Seattle Times: Biofuel from logging scraps powers Alaska Airlines jet on cross-country flight

From the Seattle Times:

An Alaska Airlines flight from Seattle to Washington, D.C., on Monday morning was powered with a jet-fuel blend containing 20 percent renewable biofuel made from Pacific Northwest forest residuals — the limbs and branches that remain after the harvesting of managed forests.

Billed as the first commercial flight running partly on wood, the alternative jet fuel was produced through the research efforts of the Northwest Advanced Renewables Alliance (NARA). Led by Washington State University, the group aims to build a sustainable supply chain for aviation biofuel using the leavings from logging operations.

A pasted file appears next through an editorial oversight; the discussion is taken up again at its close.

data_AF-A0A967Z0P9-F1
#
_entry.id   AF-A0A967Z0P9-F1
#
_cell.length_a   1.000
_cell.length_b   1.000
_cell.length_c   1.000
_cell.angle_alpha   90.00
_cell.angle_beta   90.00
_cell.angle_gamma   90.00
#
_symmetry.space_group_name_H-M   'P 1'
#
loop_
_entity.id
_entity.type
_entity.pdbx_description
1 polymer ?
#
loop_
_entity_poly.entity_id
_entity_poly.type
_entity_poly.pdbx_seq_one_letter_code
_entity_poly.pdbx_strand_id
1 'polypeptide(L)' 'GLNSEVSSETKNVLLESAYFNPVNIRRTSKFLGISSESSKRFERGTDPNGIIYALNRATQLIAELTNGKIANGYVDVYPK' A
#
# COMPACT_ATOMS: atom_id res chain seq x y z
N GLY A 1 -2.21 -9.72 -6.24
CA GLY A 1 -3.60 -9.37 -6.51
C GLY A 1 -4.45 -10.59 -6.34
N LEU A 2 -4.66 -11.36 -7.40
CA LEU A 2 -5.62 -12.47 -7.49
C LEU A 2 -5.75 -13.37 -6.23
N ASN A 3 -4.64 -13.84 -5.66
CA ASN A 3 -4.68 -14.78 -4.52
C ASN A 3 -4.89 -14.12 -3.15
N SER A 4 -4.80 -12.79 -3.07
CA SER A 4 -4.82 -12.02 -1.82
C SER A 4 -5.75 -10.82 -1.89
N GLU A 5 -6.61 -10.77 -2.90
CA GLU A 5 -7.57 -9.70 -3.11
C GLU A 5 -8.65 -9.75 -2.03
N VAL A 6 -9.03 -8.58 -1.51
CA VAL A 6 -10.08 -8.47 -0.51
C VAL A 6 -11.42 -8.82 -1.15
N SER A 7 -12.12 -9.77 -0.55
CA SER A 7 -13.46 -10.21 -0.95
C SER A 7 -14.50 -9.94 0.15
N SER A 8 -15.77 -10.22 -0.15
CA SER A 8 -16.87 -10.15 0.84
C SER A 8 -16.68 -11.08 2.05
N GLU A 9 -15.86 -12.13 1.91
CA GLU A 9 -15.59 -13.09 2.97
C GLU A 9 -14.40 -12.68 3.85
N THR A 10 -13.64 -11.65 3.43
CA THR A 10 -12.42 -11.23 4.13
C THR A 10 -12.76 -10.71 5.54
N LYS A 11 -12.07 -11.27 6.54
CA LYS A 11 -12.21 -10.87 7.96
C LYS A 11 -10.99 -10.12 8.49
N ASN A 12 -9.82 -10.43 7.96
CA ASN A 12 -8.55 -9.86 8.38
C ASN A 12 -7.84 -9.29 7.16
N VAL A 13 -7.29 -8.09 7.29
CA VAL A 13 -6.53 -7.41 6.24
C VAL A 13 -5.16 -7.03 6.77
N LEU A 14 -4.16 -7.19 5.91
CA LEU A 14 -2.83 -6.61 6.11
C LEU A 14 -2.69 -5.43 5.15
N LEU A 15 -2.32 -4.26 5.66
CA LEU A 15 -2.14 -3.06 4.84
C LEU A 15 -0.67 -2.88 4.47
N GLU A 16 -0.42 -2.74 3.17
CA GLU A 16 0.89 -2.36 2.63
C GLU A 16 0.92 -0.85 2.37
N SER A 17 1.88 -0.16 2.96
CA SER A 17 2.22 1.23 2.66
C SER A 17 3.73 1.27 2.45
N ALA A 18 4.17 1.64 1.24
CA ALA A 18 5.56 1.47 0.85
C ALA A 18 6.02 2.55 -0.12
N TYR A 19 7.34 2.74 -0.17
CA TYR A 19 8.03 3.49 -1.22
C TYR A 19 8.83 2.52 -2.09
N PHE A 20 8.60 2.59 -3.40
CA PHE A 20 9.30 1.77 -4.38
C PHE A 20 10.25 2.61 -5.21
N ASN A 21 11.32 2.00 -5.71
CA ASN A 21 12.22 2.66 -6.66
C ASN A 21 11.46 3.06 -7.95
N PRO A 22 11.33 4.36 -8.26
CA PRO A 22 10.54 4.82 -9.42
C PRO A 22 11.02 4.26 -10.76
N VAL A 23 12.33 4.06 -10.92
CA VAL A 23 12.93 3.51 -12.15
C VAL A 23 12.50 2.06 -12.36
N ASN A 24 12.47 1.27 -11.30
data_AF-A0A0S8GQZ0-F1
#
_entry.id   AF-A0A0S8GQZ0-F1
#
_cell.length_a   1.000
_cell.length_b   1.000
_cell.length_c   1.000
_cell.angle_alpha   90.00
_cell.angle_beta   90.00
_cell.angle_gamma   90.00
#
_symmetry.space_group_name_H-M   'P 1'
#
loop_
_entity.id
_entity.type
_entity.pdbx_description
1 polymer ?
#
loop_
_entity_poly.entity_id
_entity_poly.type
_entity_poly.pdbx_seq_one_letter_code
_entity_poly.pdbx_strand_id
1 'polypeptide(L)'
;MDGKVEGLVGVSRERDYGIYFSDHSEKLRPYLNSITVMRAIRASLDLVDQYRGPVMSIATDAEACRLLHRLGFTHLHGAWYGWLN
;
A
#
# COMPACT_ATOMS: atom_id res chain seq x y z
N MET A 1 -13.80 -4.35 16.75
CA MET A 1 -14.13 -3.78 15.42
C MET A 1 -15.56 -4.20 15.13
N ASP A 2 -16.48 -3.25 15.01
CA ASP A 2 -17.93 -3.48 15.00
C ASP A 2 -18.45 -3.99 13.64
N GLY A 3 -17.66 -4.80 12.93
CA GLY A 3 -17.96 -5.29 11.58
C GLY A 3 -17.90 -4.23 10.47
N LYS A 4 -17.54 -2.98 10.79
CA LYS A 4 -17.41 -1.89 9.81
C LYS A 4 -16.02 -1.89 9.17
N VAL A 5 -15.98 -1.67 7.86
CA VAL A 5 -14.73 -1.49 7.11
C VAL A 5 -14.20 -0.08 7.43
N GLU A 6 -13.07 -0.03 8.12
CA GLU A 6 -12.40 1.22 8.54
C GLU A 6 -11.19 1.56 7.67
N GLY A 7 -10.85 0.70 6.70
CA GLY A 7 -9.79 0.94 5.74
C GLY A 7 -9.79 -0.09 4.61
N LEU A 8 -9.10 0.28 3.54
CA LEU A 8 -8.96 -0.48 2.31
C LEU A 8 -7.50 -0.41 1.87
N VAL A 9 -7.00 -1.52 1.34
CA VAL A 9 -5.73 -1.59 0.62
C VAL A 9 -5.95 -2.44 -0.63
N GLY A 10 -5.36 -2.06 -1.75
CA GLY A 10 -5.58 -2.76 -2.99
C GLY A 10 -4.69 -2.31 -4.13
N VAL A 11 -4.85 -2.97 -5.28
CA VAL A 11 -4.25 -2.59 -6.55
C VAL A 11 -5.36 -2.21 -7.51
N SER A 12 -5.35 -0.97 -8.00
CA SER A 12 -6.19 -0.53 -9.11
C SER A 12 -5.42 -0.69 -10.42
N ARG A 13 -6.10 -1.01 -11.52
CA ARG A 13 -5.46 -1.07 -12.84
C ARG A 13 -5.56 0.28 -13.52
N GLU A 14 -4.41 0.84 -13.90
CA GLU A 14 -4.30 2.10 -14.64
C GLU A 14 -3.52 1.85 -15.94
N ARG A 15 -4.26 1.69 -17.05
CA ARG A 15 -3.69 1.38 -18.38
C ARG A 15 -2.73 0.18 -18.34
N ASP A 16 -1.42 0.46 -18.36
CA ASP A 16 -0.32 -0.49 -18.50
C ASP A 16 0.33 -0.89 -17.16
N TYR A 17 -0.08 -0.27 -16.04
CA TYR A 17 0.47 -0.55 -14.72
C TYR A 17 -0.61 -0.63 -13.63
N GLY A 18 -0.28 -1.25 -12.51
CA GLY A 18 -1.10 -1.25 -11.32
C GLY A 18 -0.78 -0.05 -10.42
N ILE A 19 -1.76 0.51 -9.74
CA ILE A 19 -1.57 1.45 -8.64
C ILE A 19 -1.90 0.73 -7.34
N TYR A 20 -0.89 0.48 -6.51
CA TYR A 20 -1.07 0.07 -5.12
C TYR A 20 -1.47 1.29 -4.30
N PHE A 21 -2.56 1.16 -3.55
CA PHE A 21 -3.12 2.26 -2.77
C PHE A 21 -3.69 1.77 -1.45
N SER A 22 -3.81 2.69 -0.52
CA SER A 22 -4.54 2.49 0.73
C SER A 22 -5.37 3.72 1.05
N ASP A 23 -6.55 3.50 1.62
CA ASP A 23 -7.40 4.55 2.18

Biofuels company Gevo used patented technologies to convert cellulosic sugars derived from wood waste into renewable isobutanol at a fermentation facility in St. Joseph, Mo., then further converted that at its biorefinery in Silsbee, Texas.

Among the passengers on Monday’s flight was Leah Grace, deputy press secretary for U.S. Sen. Patty Murray, D-Wash.

“As a passenger on this flight, I can confirm it was very pleasant, but unfortunately did not smell like Christmas trees,” Grace tweeted after landing.